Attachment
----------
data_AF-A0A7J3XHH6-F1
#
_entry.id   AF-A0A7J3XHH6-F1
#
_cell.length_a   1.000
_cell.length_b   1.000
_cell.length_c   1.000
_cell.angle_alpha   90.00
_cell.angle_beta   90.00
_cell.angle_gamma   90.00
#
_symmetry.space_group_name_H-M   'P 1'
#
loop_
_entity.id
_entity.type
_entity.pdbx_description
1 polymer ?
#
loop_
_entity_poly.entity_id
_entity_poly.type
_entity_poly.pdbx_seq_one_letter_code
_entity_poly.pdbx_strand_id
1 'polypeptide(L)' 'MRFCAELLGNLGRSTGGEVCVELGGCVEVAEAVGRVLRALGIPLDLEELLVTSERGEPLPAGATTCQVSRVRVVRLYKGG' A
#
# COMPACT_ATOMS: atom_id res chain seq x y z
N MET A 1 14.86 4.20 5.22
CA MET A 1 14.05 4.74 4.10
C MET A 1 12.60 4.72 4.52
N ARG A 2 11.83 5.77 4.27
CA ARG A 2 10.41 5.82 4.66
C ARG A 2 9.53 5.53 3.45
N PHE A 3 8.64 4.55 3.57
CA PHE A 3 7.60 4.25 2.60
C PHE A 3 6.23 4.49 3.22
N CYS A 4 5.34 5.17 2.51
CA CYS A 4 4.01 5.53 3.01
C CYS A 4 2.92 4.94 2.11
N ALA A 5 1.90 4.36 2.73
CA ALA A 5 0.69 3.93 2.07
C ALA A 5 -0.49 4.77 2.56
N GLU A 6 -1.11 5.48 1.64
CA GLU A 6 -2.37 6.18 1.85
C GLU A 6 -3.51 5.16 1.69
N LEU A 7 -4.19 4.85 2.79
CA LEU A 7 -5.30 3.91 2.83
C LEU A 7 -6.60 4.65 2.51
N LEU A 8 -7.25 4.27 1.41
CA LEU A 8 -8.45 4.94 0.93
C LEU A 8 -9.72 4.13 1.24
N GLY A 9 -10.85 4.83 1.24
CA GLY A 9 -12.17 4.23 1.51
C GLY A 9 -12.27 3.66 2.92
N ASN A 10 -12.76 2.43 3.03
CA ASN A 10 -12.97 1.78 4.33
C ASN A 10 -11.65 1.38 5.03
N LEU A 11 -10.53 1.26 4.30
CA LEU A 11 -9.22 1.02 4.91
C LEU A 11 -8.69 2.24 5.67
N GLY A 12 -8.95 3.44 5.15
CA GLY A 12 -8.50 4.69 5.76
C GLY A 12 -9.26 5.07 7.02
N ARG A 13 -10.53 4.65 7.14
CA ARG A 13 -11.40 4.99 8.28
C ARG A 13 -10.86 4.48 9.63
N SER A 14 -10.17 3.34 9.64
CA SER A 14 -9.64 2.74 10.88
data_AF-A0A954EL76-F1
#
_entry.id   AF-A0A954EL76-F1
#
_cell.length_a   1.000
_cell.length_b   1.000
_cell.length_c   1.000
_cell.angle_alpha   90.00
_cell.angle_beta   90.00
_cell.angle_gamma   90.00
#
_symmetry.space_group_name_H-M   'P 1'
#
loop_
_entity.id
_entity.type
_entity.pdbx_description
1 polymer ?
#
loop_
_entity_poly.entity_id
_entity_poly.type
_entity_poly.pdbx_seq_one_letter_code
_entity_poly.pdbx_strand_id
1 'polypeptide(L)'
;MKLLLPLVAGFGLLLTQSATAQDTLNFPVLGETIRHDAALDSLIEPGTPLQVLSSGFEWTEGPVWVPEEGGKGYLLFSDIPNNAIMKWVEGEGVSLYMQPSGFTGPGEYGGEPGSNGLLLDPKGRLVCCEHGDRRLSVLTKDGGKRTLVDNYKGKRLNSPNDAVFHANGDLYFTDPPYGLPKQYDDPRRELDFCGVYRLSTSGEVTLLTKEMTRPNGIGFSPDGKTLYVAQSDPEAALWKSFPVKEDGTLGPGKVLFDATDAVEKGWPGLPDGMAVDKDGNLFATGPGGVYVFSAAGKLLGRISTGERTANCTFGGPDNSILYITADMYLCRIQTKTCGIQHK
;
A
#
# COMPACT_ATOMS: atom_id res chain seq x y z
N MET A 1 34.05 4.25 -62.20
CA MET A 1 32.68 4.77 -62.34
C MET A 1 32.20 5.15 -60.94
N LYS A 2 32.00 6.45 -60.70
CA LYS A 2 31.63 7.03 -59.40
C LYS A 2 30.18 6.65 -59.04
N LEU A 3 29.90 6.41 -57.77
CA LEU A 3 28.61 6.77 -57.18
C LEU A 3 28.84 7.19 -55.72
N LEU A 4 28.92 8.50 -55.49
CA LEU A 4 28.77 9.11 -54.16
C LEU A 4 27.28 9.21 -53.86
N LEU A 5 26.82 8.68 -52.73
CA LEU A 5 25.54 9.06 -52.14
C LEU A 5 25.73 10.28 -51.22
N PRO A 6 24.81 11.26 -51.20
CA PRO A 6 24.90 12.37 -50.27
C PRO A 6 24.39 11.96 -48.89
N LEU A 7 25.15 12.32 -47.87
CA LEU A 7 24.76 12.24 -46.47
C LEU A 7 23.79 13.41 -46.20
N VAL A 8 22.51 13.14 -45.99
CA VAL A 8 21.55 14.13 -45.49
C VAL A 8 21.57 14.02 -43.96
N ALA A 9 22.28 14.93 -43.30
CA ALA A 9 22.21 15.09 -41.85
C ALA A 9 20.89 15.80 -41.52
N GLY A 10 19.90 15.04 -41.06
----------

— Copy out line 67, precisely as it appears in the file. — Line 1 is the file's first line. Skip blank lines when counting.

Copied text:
N SER A 14 -10.17 3.34 9.64